Shoppers in debt
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Going for Broke: Slang for the Cash-Strapped

After spending all their wages on Singles Day shopping, how do Chinese netizens talk about being low on funds?

After November 11, the rest of the winter is a time of belt-tightening for many Chinese shopaholics who have spent their savings on Singles Day deals. The endless cycle of earning and purchasing, of being a “打工人 (dǎgōngrén, wage laborer)” in the daytime and “尾款人 (wěikuǎnrén, balance payer)” by night, has finally caught up with them after the annual shopping festival, and some feel they must figuratively “chop off their hands (剁手 duòshǒu)” to stop their spending sprees.

At this point, the 打工人 become “丁工人 (dīnggōngrén),” a pun based on the fact that the character 丁 is 打 without the “hand” radical. After their “amputations,” these 丁工人 may also join the ranks of “hidden impoverished youth (隐形贫困青年 yǐnxíng pínkùn qīngnián),” who on the surface appear to live comfortable, prosperous, even luxurious lives, but are actually broke.

They are often seen visiting high-end restaurants, using expensive cosmetic products, or signing up for premium gym memberships. But this is all about keeping up appearances and they are actually deep in debt: “My salary is 7,000 RMB a month, but I have bought lots of expensive cosmetics; my face cream alone is worth 1,600 yuan,” says one post from a Weibo user who claims to be a hidden debter.

These young 丁工人, 隐形贫困青年, or “moonlight clan (月光族 yuèguāngzú),” who squander their salaries faster than they earn it, also call themselves 负翁 (fùwēng, indebted person), a play on 富翁 (fùwēng, wealthy person), as 负 and 富 are homophones. They declare on social media: “I’ve become poor because I want to look wealthier (我是为了看起来富一点才穷下来的 Wǒ shì wèile kàn qǐlái fù yìdiǎn cái qióng xiàlái de).”

They also playfully call themselves “exquisitely poor (精致穷 jīngzhì qióng),” because their tastes remain expensive even in poverty. They might lament that, “chopping hands lasts a second, but making the repayments is like entering a crematorium (剁手一时爽,还款火葬场 Duòshǒu yìshí shuǎng, huánkuǎn huǒzàngchǎng),” referring to the immediate pleasure from making a purchase, then the horror at being slowly crippled by monthly bills.

These broke youths at least have some tricks up their sleeves to save money, or “fleece wool (薅羊毛 hāo yángmáo).” The term, which first appeared in a comedy sketch in CCTV’s Spring Festival Gala in 1999, now describes searching for the best deals and discounts to squeeze every last mao from one’s purchases: “There is nothing that cannot be fleeced (万物皆可薅 Wànwù jiē kě hāo),” serial savers often say. Expert fleecers scour shopping apps every day for every discount and coupon they can find, and are known as members of the “wool party (羊毛党 yángmáodǎng).”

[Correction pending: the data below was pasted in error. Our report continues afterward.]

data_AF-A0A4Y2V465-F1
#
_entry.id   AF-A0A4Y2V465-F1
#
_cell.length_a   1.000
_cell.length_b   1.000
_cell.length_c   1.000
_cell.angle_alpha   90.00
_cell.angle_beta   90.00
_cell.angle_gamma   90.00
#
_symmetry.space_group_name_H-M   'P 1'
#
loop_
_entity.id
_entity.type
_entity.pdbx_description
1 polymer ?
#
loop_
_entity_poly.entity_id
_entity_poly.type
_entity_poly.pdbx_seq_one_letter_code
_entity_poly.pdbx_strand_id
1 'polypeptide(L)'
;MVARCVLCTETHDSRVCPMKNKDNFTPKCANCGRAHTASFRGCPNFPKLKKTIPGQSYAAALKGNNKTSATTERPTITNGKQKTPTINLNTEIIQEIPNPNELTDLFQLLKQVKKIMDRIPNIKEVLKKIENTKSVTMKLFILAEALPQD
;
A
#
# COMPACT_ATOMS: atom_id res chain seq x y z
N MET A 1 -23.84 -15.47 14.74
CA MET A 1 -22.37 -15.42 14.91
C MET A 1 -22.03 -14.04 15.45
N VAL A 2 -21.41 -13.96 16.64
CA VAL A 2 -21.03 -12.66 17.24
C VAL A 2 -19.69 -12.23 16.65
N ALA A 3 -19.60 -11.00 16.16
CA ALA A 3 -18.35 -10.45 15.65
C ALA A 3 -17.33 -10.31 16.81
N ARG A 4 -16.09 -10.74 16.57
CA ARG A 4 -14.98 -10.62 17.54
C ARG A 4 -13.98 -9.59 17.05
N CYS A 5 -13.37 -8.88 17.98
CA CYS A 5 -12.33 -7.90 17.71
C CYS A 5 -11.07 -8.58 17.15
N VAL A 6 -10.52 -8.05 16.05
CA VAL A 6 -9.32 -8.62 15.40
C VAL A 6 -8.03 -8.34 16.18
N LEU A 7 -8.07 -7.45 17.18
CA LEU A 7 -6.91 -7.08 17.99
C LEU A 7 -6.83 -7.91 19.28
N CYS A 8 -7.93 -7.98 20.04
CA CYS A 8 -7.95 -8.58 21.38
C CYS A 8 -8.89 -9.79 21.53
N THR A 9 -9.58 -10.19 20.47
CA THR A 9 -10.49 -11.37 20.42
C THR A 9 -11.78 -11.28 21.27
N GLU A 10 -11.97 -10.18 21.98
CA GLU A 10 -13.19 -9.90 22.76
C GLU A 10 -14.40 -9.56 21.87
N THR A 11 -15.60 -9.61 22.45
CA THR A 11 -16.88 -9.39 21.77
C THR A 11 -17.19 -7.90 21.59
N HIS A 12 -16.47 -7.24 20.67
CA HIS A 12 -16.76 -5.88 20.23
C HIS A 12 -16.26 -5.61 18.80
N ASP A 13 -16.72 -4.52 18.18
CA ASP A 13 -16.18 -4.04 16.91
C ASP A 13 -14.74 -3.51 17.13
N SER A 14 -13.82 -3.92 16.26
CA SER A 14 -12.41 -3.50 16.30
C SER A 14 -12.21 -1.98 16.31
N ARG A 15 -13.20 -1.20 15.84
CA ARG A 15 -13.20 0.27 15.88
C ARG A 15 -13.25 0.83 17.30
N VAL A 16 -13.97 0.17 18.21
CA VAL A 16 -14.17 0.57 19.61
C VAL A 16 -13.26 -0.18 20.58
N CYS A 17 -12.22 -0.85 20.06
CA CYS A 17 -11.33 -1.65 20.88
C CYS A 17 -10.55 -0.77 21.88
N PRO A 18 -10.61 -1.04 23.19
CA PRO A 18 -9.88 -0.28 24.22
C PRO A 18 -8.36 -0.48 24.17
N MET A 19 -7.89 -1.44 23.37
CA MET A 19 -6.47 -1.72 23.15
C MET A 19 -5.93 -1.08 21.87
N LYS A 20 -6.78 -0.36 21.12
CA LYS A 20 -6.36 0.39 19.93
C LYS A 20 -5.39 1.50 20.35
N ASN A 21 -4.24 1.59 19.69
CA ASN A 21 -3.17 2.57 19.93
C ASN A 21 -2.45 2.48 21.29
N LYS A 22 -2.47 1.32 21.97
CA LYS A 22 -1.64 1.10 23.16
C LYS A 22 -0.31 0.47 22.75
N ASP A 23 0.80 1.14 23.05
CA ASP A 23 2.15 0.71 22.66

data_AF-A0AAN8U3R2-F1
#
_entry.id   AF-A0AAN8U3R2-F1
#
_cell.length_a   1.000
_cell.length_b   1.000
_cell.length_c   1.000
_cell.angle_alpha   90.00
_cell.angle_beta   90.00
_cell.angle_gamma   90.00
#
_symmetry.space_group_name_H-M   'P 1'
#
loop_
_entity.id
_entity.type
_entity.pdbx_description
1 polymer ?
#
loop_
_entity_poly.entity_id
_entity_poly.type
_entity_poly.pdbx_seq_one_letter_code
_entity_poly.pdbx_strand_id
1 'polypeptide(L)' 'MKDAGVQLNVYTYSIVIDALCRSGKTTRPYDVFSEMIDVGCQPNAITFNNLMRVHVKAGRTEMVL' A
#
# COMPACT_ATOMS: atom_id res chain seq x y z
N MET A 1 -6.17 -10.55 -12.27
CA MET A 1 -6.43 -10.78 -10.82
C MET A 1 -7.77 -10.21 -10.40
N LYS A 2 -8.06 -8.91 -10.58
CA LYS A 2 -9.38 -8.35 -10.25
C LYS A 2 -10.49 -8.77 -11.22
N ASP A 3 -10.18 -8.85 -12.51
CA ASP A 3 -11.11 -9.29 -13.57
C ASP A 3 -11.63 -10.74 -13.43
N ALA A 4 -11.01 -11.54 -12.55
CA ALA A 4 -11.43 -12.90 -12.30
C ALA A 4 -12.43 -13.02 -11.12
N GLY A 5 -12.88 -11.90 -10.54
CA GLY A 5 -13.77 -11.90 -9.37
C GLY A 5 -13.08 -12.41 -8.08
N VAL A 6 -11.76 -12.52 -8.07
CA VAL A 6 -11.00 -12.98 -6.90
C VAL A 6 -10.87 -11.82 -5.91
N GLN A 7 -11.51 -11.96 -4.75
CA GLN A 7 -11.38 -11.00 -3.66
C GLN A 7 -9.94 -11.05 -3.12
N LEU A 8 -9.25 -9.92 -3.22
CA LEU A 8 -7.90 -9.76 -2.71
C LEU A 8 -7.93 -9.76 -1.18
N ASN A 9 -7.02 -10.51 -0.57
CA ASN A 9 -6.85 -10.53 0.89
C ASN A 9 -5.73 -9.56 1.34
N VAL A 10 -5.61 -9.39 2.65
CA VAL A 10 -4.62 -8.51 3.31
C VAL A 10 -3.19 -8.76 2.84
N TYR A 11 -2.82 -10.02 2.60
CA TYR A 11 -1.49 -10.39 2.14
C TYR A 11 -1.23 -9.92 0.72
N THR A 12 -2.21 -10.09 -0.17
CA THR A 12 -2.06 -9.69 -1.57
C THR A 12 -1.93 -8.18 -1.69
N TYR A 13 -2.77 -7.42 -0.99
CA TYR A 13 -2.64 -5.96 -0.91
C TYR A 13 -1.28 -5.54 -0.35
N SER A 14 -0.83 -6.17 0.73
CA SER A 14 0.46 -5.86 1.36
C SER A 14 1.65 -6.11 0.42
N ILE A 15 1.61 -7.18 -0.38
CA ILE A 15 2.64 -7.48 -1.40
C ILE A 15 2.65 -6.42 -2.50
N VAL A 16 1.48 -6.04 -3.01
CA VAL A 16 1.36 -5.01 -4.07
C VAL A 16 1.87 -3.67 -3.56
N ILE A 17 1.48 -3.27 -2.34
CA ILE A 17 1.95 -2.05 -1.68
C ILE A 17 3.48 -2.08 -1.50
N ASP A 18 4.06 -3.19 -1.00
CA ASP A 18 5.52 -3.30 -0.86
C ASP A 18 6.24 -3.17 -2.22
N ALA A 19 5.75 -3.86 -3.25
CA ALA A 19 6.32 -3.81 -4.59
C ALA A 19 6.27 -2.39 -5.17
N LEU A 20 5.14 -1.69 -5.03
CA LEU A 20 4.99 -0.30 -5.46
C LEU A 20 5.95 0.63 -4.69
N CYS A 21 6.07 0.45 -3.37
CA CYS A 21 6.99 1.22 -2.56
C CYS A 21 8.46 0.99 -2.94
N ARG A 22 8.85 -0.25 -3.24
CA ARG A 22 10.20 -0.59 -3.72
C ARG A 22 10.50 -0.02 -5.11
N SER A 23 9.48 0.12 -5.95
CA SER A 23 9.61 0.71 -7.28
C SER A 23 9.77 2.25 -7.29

Wool party members also never miss out on an opportunity to “freeload (白嫖 báipiáo).” Literally meaning “to visit a prostitute for free,” the rather vulgar term gained popularity with the rise of celebrity fan groups to describe idol-followers who fawn after stars and enjoy the content they put out, but never spend any money on their concerts or merchandise, nor participate in any fan activities.

The term now refers to all kinds of leeching, in particular when someone gains benefits without paying any money: “I don't want to buy anything, I just want to leech off the online deals (我不想花钱买任何东西,只想通过网络上的活动来白嫖 Wǒ bù xiǎng huāqián mǎi rènhé dōngxi, zhǐ xiǎng tōngguò wǎngluò shàng de huódòng lái báipiáo),” netizens might say.

Netizens frequently swing between two extremes: “extraordinary bill performance (钞常发挥 chāocháng fāhuī),” a playful way to say that they spent way over what they expected during a bout of online shopping, as the character 钞 (banknote) and 超 (extraordinary) are pronounced the same way; and boasting about their thrift by saying they “saved one hundred million RMB (省下一个亿 shěngxià yí gè yì),” a slogan often used by wool party members.

Regardless of how much they’ve saved, and how destitute they are, when the next sale comes around these 丁工人 are nearly always sucked in again, asking one another: “What did you want to buy this time? Let me in on the deal (你这次想买什么,快让我抄一下作业 Nǐ zhècì xiǎng mǎi shénme, kuài ràng wǒ chāo yíxià zuòyè).”

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Zhang Wenjie is a contributing writer at The World of Chinese. She loves to share the lifestyles, voices, and concerns of China’s Gen Z. She is also fond of collecting and displaying the flourishing slang expressions in the Chinese language.

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